Urban Green Spaces are Good for the Heart

city_heartThe noise, the traffic, the constant hustle and bustle—if you’ve ever lived in a big city, you know how stressful it can be. In fact, studies have shown that city dwellers are typically more stressed out than their rural counterparts, causing physical changes in the brain that can lead to significant mental health damage as well as heart problems over time. On a positive note, Penn State University researchers believe providing “green spaces” may be part of the solution.

A green space is created when an area of undeveloped urban land (such as an empty lot) is cleared and beautified with trees, shrubs, flowers, and other greenery to provide a communal space for people to enjoy. In addition to the environmental benefits—including improved air and water quality, cooler temperatures, and reduced soil erosion—scientists are finding several human health benefits associated with green spaces, particularly when it comes to heart health.

The Penn State scientists recently conducted a study in which a group of people (wearing heart rate monitors equipped with GPS trackers) were asked to walk through their neighborhood before and after it had been renovated to include urban green spaces, and they found that simply strolling through the beautified areas had a positive impact on overall heart rate. Specifically, researchers saw a net heartbeat drop of approximately 15 beats per minute (bpm).

Why the change of heart, so to speak? Possibly because the restored areas made residents feel safer, but more likely because the green spaces had an overall calming effect—an effect seen in previous studies that have linked spending time in nature with reduced stress and improved mood. According to senior author Dr. Charles Branas in a recent press release, “This research on greening urban lots provides an important scientific impetus for urban planners and city officials to take relatively low-cost steps toward improving health for their residents.”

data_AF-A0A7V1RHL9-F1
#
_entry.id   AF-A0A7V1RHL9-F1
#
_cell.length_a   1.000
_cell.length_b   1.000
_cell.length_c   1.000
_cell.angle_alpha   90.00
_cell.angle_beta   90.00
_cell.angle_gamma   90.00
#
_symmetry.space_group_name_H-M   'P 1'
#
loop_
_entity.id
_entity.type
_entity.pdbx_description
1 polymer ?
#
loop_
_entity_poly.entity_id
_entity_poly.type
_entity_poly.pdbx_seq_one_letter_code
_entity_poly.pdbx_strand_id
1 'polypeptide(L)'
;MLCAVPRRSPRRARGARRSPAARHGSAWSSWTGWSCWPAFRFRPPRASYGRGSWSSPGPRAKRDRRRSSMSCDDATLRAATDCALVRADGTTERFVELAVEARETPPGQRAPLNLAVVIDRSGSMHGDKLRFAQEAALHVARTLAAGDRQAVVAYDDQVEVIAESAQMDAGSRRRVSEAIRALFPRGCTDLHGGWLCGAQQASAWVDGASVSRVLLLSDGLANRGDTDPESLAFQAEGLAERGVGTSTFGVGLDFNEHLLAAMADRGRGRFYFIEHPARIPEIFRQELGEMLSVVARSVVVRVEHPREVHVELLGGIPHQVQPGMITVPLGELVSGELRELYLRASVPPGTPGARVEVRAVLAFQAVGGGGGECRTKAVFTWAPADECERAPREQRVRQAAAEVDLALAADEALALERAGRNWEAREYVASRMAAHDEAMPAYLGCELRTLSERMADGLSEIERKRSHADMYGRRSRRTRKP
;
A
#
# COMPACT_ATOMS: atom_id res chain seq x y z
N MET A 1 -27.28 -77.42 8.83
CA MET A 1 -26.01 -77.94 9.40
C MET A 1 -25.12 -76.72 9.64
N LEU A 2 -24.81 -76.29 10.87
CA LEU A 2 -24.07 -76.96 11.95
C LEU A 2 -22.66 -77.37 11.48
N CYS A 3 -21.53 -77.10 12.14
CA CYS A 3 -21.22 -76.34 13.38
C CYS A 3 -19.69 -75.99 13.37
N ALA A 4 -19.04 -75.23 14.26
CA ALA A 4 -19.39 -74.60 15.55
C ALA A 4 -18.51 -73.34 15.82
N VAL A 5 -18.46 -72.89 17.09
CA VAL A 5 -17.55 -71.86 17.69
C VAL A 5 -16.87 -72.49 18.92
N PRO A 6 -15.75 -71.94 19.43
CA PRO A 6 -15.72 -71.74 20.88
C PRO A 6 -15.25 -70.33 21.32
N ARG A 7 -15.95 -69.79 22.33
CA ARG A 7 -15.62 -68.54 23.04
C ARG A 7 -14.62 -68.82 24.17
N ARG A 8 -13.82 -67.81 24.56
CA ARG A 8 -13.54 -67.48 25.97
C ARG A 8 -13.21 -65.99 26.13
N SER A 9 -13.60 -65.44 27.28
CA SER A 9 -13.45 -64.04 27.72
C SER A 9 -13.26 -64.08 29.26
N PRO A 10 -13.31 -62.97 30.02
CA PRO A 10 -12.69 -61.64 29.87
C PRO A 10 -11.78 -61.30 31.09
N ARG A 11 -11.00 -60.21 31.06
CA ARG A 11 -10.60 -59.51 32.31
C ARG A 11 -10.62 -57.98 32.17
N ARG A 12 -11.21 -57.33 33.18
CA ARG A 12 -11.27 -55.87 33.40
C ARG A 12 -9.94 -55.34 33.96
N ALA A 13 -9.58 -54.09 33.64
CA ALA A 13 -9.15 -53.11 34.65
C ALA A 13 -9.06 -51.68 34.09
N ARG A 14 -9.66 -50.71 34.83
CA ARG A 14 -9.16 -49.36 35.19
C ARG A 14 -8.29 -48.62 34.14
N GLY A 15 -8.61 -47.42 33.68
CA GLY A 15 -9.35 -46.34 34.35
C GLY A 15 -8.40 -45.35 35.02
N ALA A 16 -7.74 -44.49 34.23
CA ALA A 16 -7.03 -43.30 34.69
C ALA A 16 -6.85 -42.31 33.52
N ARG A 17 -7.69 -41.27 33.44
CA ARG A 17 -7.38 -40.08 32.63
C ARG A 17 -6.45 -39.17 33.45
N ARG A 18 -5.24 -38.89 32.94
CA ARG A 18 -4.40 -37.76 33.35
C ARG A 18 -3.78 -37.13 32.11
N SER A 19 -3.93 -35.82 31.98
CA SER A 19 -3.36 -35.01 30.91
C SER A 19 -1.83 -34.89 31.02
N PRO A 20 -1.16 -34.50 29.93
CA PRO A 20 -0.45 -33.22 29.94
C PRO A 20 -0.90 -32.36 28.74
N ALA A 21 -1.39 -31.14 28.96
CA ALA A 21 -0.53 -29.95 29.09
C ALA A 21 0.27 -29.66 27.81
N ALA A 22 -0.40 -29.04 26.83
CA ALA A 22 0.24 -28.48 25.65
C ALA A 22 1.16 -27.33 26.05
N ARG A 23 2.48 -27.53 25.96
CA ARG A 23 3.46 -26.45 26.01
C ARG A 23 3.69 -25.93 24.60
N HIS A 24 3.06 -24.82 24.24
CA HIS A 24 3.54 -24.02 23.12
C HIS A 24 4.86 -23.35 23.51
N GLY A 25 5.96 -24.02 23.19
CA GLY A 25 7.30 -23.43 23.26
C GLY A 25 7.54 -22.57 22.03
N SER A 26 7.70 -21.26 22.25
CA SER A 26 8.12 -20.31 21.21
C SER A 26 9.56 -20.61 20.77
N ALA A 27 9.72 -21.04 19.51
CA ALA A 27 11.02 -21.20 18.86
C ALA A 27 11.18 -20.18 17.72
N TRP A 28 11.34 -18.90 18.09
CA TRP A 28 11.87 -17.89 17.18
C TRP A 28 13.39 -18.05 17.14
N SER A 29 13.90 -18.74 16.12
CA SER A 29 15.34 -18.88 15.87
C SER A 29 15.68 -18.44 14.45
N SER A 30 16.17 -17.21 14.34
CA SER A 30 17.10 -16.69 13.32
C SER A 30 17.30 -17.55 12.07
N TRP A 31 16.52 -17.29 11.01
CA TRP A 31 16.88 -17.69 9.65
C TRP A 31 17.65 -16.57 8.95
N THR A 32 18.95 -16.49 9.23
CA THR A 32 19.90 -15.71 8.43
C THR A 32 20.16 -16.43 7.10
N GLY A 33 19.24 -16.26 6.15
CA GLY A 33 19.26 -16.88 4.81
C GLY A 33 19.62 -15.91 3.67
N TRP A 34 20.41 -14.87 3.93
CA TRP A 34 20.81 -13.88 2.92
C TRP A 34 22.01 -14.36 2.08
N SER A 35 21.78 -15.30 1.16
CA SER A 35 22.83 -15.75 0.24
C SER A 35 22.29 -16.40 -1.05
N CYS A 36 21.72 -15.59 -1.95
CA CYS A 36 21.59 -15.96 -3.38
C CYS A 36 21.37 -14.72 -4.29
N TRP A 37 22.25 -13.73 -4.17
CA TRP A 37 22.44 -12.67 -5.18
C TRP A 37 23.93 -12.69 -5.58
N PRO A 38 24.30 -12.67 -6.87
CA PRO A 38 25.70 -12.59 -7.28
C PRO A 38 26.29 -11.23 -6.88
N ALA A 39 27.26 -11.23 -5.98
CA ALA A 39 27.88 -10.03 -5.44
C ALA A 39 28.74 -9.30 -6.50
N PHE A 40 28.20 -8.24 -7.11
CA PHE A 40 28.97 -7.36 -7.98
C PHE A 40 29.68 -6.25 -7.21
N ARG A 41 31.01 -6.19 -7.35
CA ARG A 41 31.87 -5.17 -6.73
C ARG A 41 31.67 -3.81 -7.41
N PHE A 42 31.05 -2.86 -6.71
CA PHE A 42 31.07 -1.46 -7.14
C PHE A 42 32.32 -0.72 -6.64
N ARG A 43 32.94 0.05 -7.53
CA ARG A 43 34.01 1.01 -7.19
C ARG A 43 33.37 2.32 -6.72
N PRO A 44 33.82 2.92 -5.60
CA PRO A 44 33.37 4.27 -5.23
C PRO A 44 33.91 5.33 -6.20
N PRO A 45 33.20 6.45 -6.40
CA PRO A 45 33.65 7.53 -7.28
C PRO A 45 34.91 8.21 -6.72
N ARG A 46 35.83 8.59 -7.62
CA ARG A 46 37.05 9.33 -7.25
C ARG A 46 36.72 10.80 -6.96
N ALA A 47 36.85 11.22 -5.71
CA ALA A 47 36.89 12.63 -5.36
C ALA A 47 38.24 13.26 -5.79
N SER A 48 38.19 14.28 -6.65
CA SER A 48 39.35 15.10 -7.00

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Parents: Sugary Drinks Just as Bad as Soda

girl_drinkingMost parents today know that sugary soft drinks and diet sodas are unhealthy for kids and should be avoided, but results of a new study from the University of Connecticut tell us moms and dads may be offering up an equally unhealthy alternative: fruit juices, sports drinks, and flavored waters that are still loaded with harmful sugar.

“The labeling and marketing for these products imply that they are nutritious, and these misperceptions may explain why so many parents buy them,” study author Jennifer Harris told USA Today. She may be right on the money, especially since parents are inundated with labels that claim products are “low in calories” or contain “real fruit juice” and “essential nutrients,” suggesting they are a healthy option for kids.

According to the results of the study, 96% of parents surveyed said they had given their children—some as young as two years old—sugary drinks in the past month. The most popular beverages were regular soft drinks and fruit drinks, but sports drinks, sweetened ice tea, and flavored water were not far behind. What’s more, nearly 50% of parents involved in the study said they believed flavored waters were “healthy,” and more than 25% believed the same about fruit drinks and sports drinks.

Study author Marlene Schwartz believes it all comes down to product packaging—and that we need to be stricter about ingredient claims so parents are accurately informed about what their children are really putting in their bodies. At the end of the day, the healthiest choice for kids (and adults!) is fresh, purified water.

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